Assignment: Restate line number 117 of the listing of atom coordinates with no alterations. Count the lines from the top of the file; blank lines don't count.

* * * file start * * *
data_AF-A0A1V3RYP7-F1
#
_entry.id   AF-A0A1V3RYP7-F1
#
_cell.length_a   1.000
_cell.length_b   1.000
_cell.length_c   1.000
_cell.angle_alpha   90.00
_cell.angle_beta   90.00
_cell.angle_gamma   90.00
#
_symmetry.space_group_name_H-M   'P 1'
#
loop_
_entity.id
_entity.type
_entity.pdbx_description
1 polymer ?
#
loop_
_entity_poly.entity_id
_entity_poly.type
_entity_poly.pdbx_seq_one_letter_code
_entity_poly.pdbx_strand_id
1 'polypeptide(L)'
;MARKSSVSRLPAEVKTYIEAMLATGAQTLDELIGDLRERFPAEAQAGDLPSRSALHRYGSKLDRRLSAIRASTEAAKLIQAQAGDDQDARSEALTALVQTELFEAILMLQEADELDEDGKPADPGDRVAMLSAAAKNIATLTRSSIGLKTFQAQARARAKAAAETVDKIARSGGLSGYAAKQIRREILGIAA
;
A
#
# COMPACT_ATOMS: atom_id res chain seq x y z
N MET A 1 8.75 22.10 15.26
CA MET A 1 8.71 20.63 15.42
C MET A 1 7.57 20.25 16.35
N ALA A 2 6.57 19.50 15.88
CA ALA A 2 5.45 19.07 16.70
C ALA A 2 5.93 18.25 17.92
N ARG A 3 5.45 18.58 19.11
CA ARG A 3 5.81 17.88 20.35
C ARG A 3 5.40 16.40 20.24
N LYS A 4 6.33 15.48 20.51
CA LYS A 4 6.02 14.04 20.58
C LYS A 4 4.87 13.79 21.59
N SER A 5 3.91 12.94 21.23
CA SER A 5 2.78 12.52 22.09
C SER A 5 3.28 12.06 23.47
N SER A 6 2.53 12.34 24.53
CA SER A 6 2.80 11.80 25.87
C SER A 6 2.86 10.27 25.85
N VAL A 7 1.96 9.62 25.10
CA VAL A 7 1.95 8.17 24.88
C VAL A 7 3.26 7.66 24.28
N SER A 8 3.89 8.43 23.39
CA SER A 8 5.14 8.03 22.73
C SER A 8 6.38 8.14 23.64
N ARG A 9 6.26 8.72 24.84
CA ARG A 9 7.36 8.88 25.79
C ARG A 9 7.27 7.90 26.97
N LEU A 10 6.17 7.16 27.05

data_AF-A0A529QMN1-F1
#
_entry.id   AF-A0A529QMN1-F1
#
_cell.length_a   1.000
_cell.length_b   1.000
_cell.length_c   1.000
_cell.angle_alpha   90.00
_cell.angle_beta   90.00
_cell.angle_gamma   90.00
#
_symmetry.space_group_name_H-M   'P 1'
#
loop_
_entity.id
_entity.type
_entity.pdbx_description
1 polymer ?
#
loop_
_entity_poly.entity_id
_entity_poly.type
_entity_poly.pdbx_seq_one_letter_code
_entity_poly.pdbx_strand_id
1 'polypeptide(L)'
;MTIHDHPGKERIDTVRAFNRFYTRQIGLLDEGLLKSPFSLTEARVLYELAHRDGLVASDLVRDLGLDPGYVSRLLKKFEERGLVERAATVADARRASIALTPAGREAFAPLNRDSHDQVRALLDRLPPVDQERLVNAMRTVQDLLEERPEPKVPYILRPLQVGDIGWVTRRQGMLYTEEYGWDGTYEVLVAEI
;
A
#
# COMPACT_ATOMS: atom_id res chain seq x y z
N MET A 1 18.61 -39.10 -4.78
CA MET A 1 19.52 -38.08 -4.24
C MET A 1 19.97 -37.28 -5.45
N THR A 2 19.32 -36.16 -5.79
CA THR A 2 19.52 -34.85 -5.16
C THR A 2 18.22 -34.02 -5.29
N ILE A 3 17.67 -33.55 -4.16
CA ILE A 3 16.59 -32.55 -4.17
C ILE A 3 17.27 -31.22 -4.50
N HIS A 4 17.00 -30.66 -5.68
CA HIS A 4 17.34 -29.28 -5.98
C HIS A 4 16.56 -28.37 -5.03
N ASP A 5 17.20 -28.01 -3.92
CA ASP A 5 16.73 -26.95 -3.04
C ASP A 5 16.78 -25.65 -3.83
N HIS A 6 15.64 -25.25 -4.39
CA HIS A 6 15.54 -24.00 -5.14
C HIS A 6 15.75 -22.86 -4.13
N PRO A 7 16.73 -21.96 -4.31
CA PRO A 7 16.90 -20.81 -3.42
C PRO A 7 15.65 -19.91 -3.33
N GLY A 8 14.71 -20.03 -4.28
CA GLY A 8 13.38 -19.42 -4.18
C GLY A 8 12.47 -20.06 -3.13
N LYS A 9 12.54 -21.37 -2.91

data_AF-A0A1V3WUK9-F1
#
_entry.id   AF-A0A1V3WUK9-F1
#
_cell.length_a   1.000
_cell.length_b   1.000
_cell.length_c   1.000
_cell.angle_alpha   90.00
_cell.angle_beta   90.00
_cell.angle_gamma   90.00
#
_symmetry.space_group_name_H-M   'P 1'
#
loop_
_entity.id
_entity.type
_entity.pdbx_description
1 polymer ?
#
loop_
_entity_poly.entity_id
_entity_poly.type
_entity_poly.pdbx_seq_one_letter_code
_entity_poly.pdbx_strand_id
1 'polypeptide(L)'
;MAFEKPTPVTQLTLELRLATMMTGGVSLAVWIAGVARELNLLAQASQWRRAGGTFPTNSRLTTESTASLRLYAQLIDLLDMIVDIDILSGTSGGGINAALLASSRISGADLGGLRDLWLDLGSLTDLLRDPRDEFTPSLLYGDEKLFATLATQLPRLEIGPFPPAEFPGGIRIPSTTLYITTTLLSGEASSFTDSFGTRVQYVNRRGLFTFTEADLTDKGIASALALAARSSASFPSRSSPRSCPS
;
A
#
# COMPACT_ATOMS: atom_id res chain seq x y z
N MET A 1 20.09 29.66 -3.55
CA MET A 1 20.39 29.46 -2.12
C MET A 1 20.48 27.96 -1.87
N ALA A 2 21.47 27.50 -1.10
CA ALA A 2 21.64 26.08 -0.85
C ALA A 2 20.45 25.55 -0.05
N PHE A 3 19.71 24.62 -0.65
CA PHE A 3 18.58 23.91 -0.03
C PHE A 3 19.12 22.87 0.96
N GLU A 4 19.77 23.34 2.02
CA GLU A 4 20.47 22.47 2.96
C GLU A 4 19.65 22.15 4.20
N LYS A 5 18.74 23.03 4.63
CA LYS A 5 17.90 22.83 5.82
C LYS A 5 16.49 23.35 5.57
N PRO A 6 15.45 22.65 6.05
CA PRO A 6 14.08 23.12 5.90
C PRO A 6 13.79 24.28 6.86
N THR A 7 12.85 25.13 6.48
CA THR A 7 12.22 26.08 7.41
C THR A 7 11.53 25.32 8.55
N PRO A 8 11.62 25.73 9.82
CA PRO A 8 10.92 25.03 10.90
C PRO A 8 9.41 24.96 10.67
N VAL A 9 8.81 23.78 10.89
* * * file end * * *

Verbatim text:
#